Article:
Of course a not-insignificant number of young curators live, work and rotate in and around all four of these cities, many of them with degrees from curatorial studies departments, including Bard’s. For the most part, however, none of them spend their time making exhibitions, caring for collections, or even generating much curatorial discourse.

When the writer and film programmer Rasha Salti began working on Manifesta Journal, she says, “The first thing we did was call it a journal ‘around curating’ instead of ‘about curating.’ It’s about what curatorial studies’ curriculums don’t include, but it’s also about what inspires curators. I don’t know if curators are supposed to be poets or druids, but they definitely have desires to create a mirror of the world in a particular light or at a particular moment.”

When young curators such as Sarah Rifky, Zeynep Oz, or Mirene Arsanios work with artists and audiences, they do so for the most part in unconventional contexts. Organizing public events, running workshops, designing educational programs, building audiences, and activating unused spaces—these are not extras tacked onto an existing job, but reasons for a project’s being, and the founding motivation to address outstanding gaps in an infrastructure that no longer expects—or even desires—the foundation of a museum that is responsive to the city, let alone representative of its art scene. The prevalent idea is that no museum ever could achieve those goals.

In effect, the curatorial field in these cities is becoming both more and less professionalized. It would be a mistake, I think, to look at the situation as a developmental phase, in which art scenes in the third world are becoming and belated, running late and catching up. Whether the curatorial is over, as Kortun suggests, is up for debate, but at the very least the word must be made significantly more elastic and malleable to account for the cases described above. Indeed, the curatorial can be an essential bulwark against total commerce, as exemplified, for example, by the Beirut Exhibition Center, a venue the size and style of an airplane hangar that is managed by the PR office of the real-estate giant Solidere and has absolutely no need for artistic directors or curators, preferring to ask dealers and gallery owners to organize shows instead.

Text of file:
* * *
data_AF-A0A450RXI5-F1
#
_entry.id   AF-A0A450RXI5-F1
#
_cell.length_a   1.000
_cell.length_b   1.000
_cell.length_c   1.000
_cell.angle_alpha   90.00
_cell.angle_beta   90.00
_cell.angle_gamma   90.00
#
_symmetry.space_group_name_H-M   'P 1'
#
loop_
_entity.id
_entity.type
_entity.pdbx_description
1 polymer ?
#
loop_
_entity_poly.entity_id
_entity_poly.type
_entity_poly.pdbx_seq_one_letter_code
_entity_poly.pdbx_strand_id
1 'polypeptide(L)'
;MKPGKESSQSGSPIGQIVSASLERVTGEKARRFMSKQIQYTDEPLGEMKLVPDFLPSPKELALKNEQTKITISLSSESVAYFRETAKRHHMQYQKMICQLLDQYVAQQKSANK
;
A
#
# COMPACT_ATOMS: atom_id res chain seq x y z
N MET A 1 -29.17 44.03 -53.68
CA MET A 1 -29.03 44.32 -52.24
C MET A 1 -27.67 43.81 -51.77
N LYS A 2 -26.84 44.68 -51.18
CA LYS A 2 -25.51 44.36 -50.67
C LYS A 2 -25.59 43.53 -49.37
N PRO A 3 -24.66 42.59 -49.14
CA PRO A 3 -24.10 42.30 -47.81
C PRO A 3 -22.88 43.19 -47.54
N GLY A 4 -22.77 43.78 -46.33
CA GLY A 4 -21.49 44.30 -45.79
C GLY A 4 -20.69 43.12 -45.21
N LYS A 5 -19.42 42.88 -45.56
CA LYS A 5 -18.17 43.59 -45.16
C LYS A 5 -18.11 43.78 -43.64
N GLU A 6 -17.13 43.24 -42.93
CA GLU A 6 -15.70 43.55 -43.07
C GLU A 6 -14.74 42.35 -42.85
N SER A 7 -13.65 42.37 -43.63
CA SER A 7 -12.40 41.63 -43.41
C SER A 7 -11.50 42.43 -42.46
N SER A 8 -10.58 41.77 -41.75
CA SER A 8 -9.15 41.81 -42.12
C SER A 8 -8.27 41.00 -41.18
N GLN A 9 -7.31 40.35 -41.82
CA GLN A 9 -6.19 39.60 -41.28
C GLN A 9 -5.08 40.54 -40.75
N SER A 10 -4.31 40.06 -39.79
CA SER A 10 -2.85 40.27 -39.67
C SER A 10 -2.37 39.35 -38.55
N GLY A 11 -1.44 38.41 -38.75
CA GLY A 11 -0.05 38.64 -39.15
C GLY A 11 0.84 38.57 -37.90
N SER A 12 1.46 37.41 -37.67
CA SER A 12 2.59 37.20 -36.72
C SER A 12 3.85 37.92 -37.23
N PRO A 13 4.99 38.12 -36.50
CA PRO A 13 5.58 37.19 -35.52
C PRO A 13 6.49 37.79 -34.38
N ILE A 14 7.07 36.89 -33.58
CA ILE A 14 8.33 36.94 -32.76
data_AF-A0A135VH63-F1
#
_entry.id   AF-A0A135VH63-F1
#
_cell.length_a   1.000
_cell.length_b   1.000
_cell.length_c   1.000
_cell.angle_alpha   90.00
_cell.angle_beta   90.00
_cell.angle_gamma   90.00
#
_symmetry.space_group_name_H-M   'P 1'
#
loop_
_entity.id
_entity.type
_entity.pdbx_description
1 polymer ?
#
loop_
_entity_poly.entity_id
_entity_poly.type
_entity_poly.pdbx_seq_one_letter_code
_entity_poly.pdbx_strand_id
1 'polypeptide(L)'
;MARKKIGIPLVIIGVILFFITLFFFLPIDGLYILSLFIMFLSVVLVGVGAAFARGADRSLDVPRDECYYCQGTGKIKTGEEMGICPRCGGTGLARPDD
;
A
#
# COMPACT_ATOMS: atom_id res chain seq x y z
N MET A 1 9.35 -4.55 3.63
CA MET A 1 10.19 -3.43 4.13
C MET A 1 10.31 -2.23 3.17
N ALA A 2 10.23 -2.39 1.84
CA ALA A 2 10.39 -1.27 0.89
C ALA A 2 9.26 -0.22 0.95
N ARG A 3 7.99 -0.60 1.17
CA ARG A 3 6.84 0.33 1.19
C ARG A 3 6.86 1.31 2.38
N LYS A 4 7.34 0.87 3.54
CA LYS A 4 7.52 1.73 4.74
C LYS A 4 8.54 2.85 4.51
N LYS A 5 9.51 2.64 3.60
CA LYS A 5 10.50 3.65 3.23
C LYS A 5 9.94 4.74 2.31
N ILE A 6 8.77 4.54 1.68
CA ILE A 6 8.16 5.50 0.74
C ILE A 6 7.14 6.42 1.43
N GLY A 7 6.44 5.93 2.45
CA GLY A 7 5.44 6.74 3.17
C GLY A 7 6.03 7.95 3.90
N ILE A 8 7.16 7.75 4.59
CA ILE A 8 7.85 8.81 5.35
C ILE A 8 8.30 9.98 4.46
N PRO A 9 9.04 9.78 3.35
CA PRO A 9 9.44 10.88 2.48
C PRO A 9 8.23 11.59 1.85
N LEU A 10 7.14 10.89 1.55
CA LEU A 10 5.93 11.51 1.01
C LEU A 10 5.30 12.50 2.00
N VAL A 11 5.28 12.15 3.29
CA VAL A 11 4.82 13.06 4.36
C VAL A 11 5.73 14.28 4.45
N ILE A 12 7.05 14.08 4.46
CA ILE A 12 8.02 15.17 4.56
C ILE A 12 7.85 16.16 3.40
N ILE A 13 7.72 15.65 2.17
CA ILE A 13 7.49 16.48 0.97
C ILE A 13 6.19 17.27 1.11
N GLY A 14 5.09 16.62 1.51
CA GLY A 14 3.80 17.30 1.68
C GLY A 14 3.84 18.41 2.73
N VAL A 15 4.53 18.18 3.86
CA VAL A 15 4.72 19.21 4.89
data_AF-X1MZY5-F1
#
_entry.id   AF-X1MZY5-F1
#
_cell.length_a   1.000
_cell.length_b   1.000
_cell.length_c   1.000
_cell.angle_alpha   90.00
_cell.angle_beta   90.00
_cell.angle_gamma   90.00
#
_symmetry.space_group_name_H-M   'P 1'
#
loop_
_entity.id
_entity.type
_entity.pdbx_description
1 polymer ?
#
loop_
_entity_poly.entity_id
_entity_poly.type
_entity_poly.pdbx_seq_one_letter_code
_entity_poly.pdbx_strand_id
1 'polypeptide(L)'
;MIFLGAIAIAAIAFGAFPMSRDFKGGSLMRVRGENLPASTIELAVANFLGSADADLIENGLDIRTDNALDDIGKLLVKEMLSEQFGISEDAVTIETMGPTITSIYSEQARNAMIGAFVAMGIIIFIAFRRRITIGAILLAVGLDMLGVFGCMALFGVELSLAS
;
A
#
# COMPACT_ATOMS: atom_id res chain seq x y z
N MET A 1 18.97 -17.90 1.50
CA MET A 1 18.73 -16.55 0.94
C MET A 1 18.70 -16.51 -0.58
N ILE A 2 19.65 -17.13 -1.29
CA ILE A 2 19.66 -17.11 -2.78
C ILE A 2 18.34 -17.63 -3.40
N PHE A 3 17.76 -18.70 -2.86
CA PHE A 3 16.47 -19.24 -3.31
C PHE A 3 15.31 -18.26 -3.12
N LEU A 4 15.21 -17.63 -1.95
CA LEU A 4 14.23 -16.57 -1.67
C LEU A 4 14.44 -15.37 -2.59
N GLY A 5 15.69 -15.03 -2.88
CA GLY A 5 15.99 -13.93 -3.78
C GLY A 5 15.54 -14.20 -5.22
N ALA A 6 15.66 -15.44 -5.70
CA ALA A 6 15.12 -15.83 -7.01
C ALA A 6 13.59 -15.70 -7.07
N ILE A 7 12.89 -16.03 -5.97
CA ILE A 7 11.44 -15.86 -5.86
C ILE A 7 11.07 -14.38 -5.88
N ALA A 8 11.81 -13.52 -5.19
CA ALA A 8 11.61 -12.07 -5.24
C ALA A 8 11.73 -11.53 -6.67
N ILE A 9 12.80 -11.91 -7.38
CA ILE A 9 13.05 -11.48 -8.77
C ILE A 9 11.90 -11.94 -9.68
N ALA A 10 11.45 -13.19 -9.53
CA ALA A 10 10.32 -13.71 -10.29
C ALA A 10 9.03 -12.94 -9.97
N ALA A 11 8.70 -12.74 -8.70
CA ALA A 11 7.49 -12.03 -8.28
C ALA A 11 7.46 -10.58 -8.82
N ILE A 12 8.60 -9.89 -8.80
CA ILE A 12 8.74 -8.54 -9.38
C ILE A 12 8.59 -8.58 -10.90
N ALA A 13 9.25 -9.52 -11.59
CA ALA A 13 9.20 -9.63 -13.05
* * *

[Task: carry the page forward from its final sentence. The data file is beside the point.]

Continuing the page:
As for Kortun’s SALT, maybe the hope for young curators is not abandoning the profession, and / or dropping the term, but leaving such large-scale institutions behind. “I think we know where to go, the direction is there, but I’m not sure we’re getting there yet,” says Kortun, “which is to be able to start a project without knowing what it will be, where a project could be an exhibition, a publication, or nothing at all, where our way of thinking is not predicated on finality, and a project is allowed to determine its own course.”

Having an institution is not always the answer, adds Salti, “and the death of institutions is not always as tragic as we think.”

Kaelen Wilson-Goldie is a contributing editor for Bidoun who writes a column for Frieze, contributes regularly to Artforum and covers contemporary art and culture for the Lebanese newspaper The Daily Star. She lives and works in Beirut.